Leonardo da Vinci
Born on April 15, 1452, Leonardo da Vinci was the first person known to attempt to build a flying machine. Since he didn't have the materials and technology we have today, none of his flying machines worked very well. But he was on the right track.
He started playing with air when he built a parachute. It was a pyramid shaped canvas "tent" with the bottom open. This is how he described it:
If a man has a tent made of clogged cloth each side of which is 12 armlengths wide and which is 12 tall, then he can jump from any great altitude without hurting himself.
Leonardo's idea was right, with the materials he had. Today we have nylon and can make parachutes much larger than 12 arm lengths x 12 arm lengths.
Next he made a flying machine with bird-like wings that "flapped" when you rotated a bar with pedals with your feet, like riding a bike. The person powering it lay underneath the middle of the flyer where the wings met. He or she was supported by ropes and wooden cross pieces. The flyer itself had a wooden frame with covered with tight canvas for the wings.
This is what Leonardo thought about it:
A bird is an instrument working according to mathematical law. It lies within the power of man to make this instrument with all its motions, but without the full scope of its powers; but this limitation only applies in respect to balancing itself. Accordingly we may say that such an instrument fabricated by man lacks nothing but the soul of man.
Leonardo spent a lot of time studying birds, but he must not have counted on a bird's hollow bones, for his flyer was much too heavy to fly. The closest thing to Leonardo's flyer we have today would be a hang glider or an ultralight, though ultralights are powered by a motor and hand gliders are not powered at all.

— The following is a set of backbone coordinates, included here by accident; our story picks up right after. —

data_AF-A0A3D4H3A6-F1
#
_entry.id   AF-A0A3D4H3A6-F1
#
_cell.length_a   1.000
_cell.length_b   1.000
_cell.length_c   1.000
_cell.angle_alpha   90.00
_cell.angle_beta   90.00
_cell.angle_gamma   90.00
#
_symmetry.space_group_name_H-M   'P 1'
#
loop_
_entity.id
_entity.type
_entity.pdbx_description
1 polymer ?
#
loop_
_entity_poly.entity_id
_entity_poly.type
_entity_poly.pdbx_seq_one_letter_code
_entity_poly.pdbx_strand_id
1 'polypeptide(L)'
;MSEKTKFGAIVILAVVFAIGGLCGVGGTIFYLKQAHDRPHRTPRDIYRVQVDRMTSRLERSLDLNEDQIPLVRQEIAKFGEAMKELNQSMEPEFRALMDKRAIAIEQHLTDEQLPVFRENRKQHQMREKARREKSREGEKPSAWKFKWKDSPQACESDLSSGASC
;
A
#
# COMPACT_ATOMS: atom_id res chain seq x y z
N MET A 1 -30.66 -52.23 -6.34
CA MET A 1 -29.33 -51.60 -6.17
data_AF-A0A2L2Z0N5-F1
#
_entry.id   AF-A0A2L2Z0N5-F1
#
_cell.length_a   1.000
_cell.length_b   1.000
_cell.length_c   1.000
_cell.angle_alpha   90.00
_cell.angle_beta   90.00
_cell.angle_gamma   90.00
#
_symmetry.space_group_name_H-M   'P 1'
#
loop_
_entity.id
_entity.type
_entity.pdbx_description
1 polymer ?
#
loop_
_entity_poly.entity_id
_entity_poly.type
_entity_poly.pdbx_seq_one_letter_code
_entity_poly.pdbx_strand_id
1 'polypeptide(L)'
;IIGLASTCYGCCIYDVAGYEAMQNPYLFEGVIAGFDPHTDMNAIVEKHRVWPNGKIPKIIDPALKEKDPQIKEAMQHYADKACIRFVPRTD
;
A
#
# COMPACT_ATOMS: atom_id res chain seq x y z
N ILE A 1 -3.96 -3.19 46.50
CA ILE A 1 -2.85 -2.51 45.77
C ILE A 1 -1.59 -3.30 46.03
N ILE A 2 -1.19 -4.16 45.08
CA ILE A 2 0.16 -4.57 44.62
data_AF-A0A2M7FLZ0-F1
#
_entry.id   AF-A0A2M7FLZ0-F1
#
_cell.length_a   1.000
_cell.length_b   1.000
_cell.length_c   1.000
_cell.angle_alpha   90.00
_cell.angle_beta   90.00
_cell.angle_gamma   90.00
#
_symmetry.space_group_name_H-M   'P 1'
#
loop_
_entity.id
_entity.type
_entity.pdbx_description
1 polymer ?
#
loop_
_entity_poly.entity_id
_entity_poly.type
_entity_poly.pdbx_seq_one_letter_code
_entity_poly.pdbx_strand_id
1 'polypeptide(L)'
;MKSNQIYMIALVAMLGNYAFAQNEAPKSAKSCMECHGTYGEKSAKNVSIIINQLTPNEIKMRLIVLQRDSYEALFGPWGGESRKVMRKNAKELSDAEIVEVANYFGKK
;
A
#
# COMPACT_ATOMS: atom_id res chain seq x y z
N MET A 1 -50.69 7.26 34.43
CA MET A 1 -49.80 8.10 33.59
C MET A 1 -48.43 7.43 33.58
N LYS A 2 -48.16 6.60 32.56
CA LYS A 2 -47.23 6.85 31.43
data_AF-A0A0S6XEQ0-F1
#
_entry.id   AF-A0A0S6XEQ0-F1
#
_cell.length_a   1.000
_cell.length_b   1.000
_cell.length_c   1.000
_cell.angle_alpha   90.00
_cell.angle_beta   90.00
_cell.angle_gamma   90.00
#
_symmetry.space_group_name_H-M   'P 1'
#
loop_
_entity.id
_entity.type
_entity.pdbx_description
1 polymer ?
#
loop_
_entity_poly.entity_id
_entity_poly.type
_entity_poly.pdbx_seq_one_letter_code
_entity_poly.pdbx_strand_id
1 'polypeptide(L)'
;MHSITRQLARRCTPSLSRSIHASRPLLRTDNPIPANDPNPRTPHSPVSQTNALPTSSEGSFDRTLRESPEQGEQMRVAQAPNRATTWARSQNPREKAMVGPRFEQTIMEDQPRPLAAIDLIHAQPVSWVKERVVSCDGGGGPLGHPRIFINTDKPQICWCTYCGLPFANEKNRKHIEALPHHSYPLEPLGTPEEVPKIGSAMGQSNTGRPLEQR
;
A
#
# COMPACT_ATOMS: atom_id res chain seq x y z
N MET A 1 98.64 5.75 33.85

Leonardo's last flying invention, and one of his most famous, was a flying machine somewhat like today's helicopter. There was a circular block of wood large enough for 3-5 people to stand on for a base with a wooden pole up through the middle and a few small poles sticking up from the edges. A piece of canvas was spiraled around between the poles, and when spun rapidly it was supposed to lift of the ground.This is what he said about his corkscrew flyer:
I think if this screw instrument is well made from linen starched (to block its pores) and is turned rapidly, then said screw will climb upwards.
But there were many problems with this design. For one, like Leonardo's other flyer, it was too heavy to ever get off the ground. And even if it had been lighter, Leonardo had no means to get it spinning fast enough to ever lift off the ground. Secondly, even if he could get it off the ground, it would go straight up, and come straight down, with no way to slow its fall. He would have had to angle whatever he was using to spin it so that it also went sideways while it went up. The heavy piece of wood on the bottom would see that it landed upright, but the landing would still be jarring, for there was no way to speed up or slow down the . Still, even if he angled the launcher to get some horizontal movement as well as vertical, he would only manage to go 100 yards or so at most.
But let's pretend that Leonardo made his corkscrew flyer out of modern day materials so it was light enough to take off. And say he had some mechanical spinner that would allow his flyer to take off. Who would ride it? Leonardo probably would want to test his own invention, but after the first ride I think he would have to (and want to) find someone else. Why? Standing on a contrapion spinning in circles fifty feet or so above the ground would make anyone dizzy, but watching the world spin around beneath you would have people falling off before it even reached its peak altitude! They would have to be wearing Leonardo's parachute to make the landing safely. That's a good way to test both to see if they work!
But Leonardo was not only famous for his inventions, he was what is called a "Renaissance man." He was an amazing painter, sculptor and scientist in other areas than technology.
Leonardo da Vinci died on May 2, 1519 at the age of 67.
Fomula 1 Flying Tip:
The main problems with all of Leonardo's inventions were that the weight was too great (because of the matertials he was using and the design of the machines) and the lift was not enough (for the same reasons as the weight problem).